sure was gonna be rough,
they never liked mama’s homemade dress,
papa’s bankbook wasn’t big enough.
He was turning on the side of the road
with the rain falling on his shoes,
Heading out for the east coast,
the radio blasting out the news,
right on through
Tangled up in blue.

She was married when they first met,
she was soon to be divorced,
Well, he helped her out of a jam I guess
but he used a little too much force.
And they drove that car just as far as they could
and they abandoned it way out west,
Splitting up on a dark, sad night
somewhere in the wilderness.
He turned around and looked at her,
as she was walking away
Saying over her shoulder,
“we’re gonna meet someday stepping on the avenue.”
Tangled up in blue.

She lit a burner on the stove
and then she swept away the dust.
“You look like someone that I used to know,” she said,
“You look like someone that I used to trust.”
Then she opened up a book of poems and she said,
“take that, just so you know.”
“Memorize these lines,
and remember these rhymes,
when you’re up there, walking to and fro.”
Every one of them words rang true
and they glowed like burning coal,
Pouring off of every page like it was written in my soul,
from me to you.
Tangled up in blue.

I’m going back again
I got to get to them somehow
Yesterday is dead and gone
and tomorrow might as well be now.
Some of them, they went to live upon the mount
And some of them went down to the ground.
Some of the names were written in flames
And some of them, well, they just left town.
And me I’m still on the road
trying to stay away from the joint.
We always felt the same
depending on your point of view.
Tangled up in blue.


Classic Dylan, that last verse. And the harp too has lost none its sharpness, it’s capacity to lift the song towards the wild and ecstatic.

And so it continued until 2017/18 when the song once more undergoes a dramatic rearrangement, but before going there, let’s just tune in to this 2016 performance. I’ve chosen it because of audience response. Oh, don’t we love this song, can’t get enough of it, and there is enough kick in the harp to take us back to earlier performances. Not quite the ecstatic version of old, but near enough for a Dylan fan!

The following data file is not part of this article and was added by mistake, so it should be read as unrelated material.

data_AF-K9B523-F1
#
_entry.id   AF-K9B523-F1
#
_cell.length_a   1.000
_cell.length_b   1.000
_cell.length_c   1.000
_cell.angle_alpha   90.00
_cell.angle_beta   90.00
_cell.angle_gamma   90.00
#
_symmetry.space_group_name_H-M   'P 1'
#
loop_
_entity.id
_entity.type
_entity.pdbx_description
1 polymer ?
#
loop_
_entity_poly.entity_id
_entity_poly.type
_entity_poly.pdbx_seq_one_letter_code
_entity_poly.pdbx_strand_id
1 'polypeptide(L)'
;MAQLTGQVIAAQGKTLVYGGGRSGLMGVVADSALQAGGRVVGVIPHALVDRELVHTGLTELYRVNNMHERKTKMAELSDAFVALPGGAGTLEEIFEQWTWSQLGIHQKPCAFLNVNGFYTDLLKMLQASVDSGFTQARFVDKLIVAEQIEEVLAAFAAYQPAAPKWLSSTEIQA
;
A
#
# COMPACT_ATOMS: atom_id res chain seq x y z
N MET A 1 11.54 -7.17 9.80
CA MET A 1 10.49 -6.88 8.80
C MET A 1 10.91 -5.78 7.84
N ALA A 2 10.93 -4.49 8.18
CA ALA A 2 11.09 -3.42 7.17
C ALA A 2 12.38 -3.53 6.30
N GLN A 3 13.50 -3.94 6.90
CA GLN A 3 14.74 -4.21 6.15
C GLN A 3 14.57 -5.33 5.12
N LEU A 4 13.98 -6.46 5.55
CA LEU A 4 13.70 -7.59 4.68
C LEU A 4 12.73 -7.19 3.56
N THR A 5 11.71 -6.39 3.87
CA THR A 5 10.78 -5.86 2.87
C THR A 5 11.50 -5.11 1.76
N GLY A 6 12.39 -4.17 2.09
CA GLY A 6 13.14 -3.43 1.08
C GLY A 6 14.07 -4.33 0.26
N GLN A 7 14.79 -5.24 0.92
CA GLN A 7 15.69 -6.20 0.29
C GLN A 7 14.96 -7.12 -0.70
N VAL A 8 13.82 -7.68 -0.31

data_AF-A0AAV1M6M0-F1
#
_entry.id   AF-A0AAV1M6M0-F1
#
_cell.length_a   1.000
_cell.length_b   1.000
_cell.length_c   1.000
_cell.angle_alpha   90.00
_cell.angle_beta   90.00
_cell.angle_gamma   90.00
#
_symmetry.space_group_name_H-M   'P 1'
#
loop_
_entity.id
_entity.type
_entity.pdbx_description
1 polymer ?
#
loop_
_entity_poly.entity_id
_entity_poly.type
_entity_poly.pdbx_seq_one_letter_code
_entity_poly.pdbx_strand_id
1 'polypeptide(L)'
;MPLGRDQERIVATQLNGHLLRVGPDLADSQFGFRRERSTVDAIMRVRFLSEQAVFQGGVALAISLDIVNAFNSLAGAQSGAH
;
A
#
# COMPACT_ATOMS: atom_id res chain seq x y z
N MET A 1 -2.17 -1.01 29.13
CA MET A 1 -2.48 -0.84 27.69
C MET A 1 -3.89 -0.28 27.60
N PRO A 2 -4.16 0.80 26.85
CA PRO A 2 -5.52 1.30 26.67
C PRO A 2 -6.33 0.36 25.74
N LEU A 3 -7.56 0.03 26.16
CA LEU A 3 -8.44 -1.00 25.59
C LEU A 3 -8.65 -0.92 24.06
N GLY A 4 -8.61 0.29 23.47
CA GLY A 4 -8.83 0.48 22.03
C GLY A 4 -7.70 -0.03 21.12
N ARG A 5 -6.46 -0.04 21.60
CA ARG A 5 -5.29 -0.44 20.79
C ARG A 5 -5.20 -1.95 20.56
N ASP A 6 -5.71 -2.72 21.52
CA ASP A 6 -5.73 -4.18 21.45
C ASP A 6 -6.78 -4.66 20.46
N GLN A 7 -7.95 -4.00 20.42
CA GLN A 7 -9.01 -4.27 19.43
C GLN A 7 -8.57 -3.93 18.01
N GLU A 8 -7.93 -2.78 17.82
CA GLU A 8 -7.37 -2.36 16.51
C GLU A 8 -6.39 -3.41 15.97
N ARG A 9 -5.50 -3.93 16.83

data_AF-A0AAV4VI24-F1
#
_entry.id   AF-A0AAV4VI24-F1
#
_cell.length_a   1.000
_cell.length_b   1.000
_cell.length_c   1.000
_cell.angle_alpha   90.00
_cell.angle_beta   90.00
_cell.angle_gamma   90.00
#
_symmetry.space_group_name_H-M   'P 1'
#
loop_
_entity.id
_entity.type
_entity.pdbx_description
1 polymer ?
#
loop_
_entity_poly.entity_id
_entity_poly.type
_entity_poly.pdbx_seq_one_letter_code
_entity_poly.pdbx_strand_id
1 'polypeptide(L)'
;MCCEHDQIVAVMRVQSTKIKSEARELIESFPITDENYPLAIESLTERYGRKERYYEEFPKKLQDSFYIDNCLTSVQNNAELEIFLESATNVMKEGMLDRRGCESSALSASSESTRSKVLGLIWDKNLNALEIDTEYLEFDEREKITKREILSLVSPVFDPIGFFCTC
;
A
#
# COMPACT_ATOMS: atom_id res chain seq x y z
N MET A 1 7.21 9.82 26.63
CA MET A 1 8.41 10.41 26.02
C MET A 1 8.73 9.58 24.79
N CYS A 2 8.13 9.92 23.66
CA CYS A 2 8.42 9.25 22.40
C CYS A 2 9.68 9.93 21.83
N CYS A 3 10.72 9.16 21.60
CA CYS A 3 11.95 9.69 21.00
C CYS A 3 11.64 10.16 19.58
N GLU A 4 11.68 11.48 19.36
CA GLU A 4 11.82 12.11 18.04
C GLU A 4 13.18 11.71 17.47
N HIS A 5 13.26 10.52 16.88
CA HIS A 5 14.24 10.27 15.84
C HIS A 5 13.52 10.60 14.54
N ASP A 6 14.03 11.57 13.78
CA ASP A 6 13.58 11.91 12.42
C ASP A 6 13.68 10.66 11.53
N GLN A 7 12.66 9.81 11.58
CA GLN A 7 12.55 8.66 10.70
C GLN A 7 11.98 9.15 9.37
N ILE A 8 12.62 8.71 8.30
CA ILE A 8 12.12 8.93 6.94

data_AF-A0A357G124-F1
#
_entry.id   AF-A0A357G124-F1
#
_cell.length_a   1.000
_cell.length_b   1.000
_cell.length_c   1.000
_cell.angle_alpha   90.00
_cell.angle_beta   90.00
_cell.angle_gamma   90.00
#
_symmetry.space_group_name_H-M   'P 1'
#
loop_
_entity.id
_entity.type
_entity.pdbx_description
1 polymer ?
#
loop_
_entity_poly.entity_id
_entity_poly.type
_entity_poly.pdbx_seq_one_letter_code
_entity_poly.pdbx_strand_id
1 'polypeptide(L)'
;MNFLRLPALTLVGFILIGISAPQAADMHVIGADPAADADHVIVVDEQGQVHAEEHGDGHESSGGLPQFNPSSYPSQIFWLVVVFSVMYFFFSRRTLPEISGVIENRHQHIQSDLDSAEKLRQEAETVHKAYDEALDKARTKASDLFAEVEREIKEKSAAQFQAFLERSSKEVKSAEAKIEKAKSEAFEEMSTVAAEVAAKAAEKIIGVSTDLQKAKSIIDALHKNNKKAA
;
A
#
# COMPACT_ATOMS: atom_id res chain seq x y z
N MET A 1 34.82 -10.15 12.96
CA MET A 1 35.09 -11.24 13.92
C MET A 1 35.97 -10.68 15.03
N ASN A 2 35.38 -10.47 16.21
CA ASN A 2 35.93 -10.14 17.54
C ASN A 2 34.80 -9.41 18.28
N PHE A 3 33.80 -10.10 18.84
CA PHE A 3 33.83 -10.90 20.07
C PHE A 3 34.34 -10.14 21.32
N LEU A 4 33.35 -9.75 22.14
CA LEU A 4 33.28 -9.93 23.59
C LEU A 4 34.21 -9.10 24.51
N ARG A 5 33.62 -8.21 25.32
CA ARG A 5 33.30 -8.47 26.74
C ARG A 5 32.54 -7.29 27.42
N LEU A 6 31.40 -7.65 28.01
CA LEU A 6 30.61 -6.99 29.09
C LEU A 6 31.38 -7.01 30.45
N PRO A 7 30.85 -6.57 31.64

There our story ends, pretty much. But I can’t finish without a listen to how the song sounds now, without any harp break, or guitar break. The song has some charm, but has become a tiptoe-through-the-tulips down memory lane.

Dylan’s post Sinatra singing is intriguing, to say the least, but control reigns and ecstatic rock is more than a swing and beat away. We’re down to a quick five minutes, in and out. Experience has lost its edge, perhaps; these things no longer hurt. A quick bounce and swing through the gallery of time. Was that even us?

We could say that all art is a tension between order and chaos. Too much order, and your work becomes rigid, predictable, too tightly framed. Too much chaos and there is no coherence, just a big mess. In Dylan’s work, we often see these two tendencies in play.

The song ‘Dark Eyes’ has been criticized for having too rigid a musical structure. Rigidity of form is to some extent built into rock music, more so than jazz. We think of the fanatical rigidity of the arrangements on Tempest, and the tight coherence of Frank Sinatra. In Tempest, Dylan emulated Sinatra’s method of recording, and Sinatra’s absolute control of the sound he created. Songs like ‘Narrow Way’ create a very narrow way musically indeed.

On the other hand, we find the wild innovator and improviser. The artist who could stand in front an audience and pretty much make up on the spot a whole set of new lyrics to ‘Serve Somebody’. The artist whose impulse to improvise is perhaps most vividly and clearly expressed in his harmonica solos, the best of which are touched by the wildness of a free spirit, passionate and playful.

TUIB attempts to capture the chaos of experience within the ordered development of a song. It’s all about experience – to be celebrated, anguished over, and, in the end it seems, tamed and neatly tied with a perfectly constrained musical ribbon.  And only the hint of a swagger, a touch of madness in this weird piano!

I’d be foolish to assume that the story of this mighty, indestructible song, ends here. If Dylan, in his late seventies, keeps on keeping one, like that bird that flew, who can tell what the future might hold, and that beautiful little instrument, the harmonica, might yet fly again too.

Kia Ora!

Bob Dylan Master Harpist…




  1. This exceptional series has achieved so much more than demonstrating Dylan’s unique skills as a harmonica player. Mike has shown that Dylan is a virtuoso. This series has taken an amazing musical journey with performances that have surprised and delighted people like myself who think that that they have heard everything. Then again, with the incredible Never Ending Tour in it’s 31st year ( which this series has brilliantly championed ) it is perhaps no surprise there are wonderful performances still to be discovered.

  2. ” And the harmonica around my neck
    I blew it for you free
    No one else could play that tune
    You know it was up to me “

  3. Once more, thank you Robert for your support. And yes, there are wonderful performances still to be discovered. A lot I would like to share. So right now I’m plotting a series on the NET, year by year, a bit like Master Harpist only more ambitious. I’m a bit nervous about doing it, as it’s a big undertaking, but as it is already starting to take shape in my fevered brain, you’ll probably see the results soon enough!

    PC, thanks for the lines from Up To Me. I wish I’d remembered them when I wrote the series. I’d have used them as a front quote!